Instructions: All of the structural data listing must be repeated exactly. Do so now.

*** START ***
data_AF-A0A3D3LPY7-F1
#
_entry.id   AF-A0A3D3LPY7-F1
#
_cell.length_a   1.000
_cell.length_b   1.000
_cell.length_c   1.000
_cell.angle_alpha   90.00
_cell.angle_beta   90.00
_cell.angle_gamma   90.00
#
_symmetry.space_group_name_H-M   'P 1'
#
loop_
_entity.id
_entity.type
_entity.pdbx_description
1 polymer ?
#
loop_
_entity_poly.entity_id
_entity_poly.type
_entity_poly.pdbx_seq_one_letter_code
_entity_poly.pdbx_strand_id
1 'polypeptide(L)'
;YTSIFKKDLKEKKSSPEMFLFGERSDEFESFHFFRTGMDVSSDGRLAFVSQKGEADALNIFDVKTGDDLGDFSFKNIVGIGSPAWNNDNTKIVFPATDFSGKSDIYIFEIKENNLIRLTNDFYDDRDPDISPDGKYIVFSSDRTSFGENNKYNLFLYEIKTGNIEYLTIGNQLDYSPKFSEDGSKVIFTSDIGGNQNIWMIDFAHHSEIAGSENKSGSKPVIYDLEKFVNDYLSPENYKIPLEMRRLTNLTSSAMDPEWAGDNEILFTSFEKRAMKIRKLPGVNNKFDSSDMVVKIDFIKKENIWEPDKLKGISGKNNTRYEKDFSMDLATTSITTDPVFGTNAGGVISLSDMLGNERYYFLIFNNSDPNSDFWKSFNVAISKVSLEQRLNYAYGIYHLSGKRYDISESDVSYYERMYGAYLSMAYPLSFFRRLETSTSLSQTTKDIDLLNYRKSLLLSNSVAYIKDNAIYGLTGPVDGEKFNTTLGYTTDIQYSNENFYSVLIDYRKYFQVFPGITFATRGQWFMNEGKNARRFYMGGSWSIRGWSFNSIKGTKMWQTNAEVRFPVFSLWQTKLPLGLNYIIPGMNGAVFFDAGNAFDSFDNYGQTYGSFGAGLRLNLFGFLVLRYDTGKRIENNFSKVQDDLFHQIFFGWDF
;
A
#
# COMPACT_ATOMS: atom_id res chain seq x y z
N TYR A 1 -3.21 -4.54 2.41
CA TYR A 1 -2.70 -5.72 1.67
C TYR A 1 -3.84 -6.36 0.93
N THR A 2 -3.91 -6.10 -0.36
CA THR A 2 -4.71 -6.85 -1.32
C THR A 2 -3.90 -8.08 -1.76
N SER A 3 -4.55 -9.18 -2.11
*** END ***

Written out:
data_AF-A0A3D3LPY7-F1
#
_entry.id   AF-A0A3D3LPY7-F1
#
_cell.length_a   1.000
_cell.length_b   1.000
_cell.length_c   1.000
_cell.angle_alpha   90.00
_cell.angle_beta   90.00
_cell.angle_gamma   90.00
#
_symmetry.space_group_name_H-M   'P 1'
#
loop_
_entity.id
_entity.type
_entity.pdbx_description
1 polymer ?
#
loop_
_entity_poly.entity_id
_entity_poly.type
_entity_poly.pdbx_seq_one_letter_code
_entity_poly.pdbx_strand_id
1 'polypeptide(L)'
;YTSIFKKDLKEKKSSPEMFLFGERSDEFESFHFFRTGMDVSSDGRLAFVSQKGEADALNIFDVKTGDDLGDFSFKNIVGIGSPAWNNDNTKIVFPATDFSGKSDIYIFEIKENNLIRLTNDFYDDRDPDISPDGKYIVFSSDRTSFGENNKYNLFLYEIKTGNIEYLTIGNQLDYSPKFSEDGSKVIFTSDIGGNQNIWMIDFAHHSEIAGSENKSGSKPVIYDLEKFVNDYLSPENYKIPLEMRRLTNLTSSAMDPEWAGDNEILFTSFEKRAMKIRKLPGVNNKFDSSDMVVKIDFIKKENIWEPDKLKGISGKNNTRYEKDFSMDLATTSITTDPVFGTNAGGVISLSDMLGNERYYFLIFNNSDPNSDFWKSFNVAISKVSLEQRLNYAYGIYHLSGKRYDISESDVSYYERMYGAYLSMAYPLSFFRRLETSTSLSQTTKDIDLLNYRKSLLLSNSVAYIKDNAIYGLTGPVDGEKFNTTLGYTTDIQYSNENFYSVLIDYRKYFQVFPGITFATRGQWFMNEGKNARRFYMGGSWSIRGWSFNSIKGTKMWQTNAEVRFPVFSLWQTKLPLGLNYIIPGMNGAVFFDAGNAFDSFDNYGQTYGSFGAGLRLNLFGFLVLRYDTGKRIENNFSKVQDDLFHQIFFGWDF
;
A
#
# COMPACT_ATOMS: atom_id res chain seq x y z
N TYR A 1 -3.21 -4.54 2.41
CA TYR A 1 -2.70 -5.72 1.67
C TYR A 1 -3.84 -6.36 0.93
N THR A 2 -3.91 -6.10 -0.36
CA THR A 2 -4.71 -6.85 -1.32
C THR A 2 -3.90 -8.08 -1.76
N SER A 3 -4.55 -9.18 -2.11